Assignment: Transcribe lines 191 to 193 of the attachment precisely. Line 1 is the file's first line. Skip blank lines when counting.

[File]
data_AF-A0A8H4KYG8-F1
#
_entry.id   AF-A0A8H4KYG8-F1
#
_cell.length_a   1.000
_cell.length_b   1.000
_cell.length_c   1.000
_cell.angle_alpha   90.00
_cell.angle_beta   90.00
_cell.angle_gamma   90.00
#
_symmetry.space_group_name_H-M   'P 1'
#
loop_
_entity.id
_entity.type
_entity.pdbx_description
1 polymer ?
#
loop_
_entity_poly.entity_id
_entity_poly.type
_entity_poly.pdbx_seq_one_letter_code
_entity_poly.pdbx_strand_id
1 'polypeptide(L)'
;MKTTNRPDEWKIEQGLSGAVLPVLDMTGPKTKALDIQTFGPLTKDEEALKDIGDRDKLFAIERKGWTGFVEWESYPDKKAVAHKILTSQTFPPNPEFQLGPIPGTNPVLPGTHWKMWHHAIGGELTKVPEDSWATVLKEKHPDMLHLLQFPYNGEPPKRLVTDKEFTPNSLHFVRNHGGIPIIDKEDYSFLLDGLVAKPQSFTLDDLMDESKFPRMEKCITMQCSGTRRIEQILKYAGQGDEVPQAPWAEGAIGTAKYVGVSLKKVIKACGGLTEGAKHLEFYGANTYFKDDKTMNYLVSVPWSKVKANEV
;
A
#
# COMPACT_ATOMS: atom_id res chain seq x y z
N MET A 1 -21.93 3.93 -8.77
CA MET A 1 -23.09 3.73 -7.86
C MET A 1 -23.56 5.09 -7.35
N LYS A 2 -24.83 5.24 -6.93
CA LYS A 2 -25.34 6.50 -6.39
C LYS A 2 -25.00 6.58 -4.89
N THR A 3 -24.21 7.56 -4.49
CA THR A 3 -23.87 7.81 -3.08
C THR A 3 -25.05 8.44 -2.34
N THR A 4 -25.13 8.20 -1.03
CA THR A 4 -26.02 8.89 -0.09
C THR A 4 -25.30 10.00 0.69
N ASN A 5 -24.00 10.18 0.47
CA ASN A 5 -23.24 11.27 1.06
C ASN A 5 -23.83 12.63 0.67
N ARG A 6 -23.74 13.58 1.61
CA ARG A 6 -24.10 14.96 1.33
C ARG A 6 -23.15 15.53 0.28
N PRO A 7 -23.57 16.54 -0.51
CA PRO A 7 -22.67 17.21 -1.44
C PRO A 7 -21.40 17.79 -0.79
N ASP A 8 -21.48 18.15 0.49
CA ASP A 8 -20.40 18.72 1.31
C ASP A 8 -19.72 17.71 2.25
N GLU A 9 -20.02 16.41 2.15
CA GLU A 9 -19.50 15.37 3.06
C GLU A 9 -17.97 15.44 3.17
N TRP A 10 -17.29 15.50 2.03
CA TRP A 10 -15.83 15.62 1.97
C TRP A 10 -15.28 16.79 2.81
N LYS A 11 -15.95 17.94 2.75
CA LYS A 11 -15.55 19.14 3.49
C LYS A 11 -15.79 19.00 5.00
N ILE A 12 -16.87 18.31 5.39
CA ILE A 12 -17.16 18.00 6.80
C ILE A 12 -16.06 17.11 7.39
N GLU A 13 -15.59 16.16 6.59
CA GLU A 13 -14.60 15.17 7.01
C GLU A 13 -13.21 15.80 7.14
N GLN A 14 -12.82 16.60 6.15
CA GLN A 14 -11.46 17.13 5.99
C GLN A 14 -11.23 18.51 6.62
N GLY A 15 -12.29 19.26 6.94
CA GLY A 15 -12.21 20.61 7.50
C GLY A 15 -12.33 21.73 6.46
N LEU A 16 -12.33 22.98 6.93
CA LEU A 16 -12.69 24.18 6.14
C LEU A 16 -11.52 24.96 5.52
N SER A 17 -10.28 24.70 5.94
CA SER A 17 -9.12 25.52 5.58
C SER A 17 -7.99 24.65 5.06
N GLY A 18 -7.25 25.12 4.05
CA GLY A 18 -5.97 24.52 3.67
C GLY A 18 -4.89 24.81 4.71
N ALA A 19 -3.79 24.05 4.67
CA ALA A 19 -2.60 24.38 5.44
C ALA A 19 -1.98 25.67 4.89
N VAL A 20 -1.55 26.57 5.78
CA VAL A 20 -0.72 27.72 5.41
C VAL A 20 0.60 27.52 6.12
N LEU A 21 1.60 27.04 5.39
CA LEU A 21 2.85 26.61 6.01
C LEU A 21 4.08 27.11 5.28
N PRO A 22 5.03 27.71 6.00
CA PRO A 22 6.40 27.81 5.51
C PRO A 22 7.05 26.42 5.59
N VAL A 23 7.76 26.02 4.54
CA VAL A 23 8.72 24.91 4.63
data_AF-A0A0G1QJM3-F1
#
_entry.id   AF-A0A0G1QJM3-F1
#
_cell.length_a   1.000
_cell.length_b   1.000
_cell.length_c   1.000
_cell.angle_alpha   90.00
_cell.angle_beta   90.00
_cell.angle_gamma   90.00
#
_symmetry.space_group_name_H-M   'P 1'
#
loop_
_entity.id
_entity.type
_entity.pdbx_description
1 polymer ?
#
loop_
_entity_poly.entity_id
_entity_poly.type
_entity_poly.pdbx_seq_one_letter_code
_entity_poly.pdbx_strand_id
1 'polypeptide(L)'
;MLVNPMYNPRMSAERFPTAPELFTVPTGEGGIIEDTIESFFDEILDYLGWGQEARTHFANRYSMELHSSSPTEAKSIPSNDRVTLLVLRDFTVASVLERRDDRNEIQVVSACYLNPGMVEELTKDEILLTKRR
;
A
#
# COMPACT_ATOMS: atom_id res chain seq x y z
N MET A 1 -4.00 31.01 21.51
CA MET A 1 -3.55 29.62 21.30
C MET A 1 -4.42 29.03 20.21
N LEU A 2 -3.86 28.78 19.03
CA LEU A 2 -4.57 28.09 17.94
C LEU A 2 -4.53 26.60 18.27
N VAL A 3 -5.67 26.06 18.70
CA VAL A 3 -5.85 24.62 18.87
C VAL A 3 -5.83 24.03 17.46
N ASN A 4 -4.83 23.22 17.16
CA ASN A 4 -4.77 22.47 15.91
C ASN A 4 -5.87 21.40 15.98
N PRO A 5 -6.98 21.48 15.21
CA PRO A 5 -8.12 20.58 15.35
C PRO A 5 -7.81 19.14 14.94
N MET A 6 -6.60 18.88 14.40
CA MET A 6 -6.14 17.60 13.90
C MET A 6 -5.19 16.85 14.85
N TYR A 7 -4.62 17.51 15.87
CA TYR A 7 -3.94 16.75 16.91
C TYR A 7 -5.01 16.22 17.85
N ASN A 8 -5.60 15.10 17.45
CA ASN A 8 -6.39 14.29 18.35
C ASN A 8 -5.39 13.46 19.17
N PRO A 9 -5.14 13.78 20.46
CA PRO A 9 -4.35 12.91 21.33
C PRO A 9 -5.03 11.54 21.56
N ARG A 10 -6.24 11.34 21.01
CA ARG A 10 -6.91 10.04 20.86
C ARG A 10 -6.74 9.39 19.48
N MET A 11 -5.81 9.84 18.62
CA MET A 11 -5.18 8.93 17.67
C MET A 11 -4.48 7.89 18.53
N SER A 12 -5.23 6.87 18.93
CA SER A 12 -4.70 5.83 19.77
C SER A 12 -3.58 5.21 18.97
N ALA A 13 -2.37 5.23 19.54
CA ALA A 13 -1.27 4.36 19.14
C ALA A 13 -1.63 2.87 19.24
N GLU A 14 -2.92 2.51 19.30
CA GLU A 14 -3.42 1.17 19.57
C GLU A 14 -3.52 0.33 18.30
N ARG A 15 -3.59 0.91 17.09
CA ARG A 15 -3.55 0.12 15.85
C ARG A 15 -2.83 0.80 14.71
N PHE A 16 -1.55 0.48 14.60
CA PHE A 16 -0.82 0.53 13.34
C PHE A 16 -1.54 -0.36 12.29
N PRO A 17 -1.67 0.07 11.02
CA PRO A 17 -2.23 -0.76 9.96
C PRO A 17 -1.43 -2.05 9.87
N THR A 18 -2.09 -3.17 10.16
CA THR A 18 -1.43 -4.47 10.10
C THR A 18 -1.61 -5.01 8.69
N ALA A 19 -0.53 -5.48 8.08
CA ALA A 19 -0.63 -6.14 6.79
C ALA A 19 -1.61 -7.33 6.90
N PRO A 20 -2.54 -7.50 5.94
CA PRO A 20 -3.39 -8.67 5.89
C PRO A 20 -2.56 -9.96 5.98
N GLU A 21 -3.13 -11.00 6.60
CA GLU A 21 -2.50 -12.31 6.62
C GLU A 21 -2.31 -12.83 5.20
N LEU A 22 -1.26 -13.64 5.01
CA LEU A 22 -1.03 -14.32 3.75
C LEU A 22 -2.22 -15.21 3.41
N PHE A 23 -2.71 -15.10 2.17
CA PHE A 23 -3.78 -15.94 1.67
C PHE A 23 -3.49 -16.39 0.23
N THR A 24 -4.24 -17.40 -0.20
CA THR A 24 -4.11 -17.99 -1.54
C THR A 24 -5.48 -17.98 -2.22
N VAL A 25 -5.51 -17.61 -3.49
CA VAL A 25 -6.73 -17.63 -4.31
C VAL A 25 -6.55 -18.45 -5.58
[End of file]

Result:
C GLU A 21 -2.31 -12.83 5.20
N LEU A 22 -1.26 -13.64 5.01
CA LEU A 22 -1.03 -14.32 3.75